Traveling around Mecklenburg County today is an endeavor almost
exclusively conducted by automobile. A mass transit plan envisions returning
passenger rail service to the county. These images from 1940 give
perspective into how transportation has evolved.
Transportation Map of Downtown Charlotte
Can you find your way around using this map? Charlotte has grown
tremendously since this map was drawn - the population was 100,899 (1940
Census). The city limits had barely crept past such New South neighborhoods
Plaza-Midwood. U.S. Highway 21 is there, well before Insterstate 77
sliced the county in half. U.S. Highway 29 is there, too, serving as the
main route to points northeast and west until Interstate 85 was built.
Several choices for bus (Greyhound, Trailways, Carolina Stages) and train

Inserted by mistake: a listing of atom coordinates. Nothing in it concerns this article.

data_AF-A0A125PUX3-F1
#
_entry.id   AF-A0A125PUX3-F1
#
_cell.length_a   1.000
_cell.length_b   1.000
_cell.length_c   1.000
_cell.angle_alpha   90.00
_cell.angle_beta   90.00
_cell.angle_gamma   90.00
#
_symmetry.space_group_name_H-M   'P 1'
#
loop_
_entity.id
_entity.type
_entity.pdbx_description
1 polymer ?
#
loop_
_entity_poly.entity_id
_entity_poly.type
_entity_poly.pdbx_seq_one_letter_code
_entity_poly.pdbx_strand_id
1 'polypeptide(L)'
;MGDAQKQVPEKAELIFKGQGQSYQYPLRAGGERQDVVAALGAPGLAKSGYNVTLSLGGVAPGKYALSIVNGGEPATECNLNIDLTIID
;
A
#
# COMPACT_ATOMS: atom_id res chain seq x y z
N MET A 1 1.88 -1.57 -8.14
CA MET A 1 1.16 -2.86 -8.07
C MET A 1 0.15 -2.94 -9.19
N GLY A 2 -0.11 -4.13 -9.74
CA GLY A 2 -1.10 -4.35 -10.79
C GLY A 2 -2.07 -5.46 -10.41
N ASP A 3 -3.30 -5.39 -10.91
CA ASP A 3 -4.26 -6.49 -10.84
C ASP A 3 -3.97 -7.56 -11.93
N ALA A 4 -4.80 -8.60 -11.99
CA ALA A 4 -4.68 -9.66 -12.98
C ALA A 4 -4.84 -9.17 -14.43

service (42 passenger trains daily) were available, and Douglas Municipal
Airport offered four northbound and three southbound air connections daily.
Buses became a cheap, convenient alterative for travel in the 1930s.
Charlotte switched its public transport system from
buses in 1938. For inter-city travel, nearly 100 buses daily connected
Charlotte to the East Coast and beyond.
A main highway in 1940, this could definitely not handle traffic
loads today! The first divided highway was Wilkinson Boulevard (U.S. 29/74
"Streamliner" service was available from Suthern Railway along the main
line: New York-Washington-Atlanta-New Orleans.
Charlotte's location made it a natural site for distribution centers.
Freight was handled by Southern Railway, Seaboard Railway, Norfolk-Southern,
and Piedmont & Northern. In 1940, 45,553 carloads of freight entered
Charlotte and 16,439 carloads left.
Horton Lines Depot
Horton Lines was one of 57 companies using Charlotte's location as a
prime distribution center. Horton's trucks plied the winding two-lane
highways, delivering freight nationwide.
Southern Railway Offices
Southern Railway was a major passenger and frieght service provider to
Charlotte and the surrounding area. Southern operated a Spanish Revival
depot downtown, which was later demolished.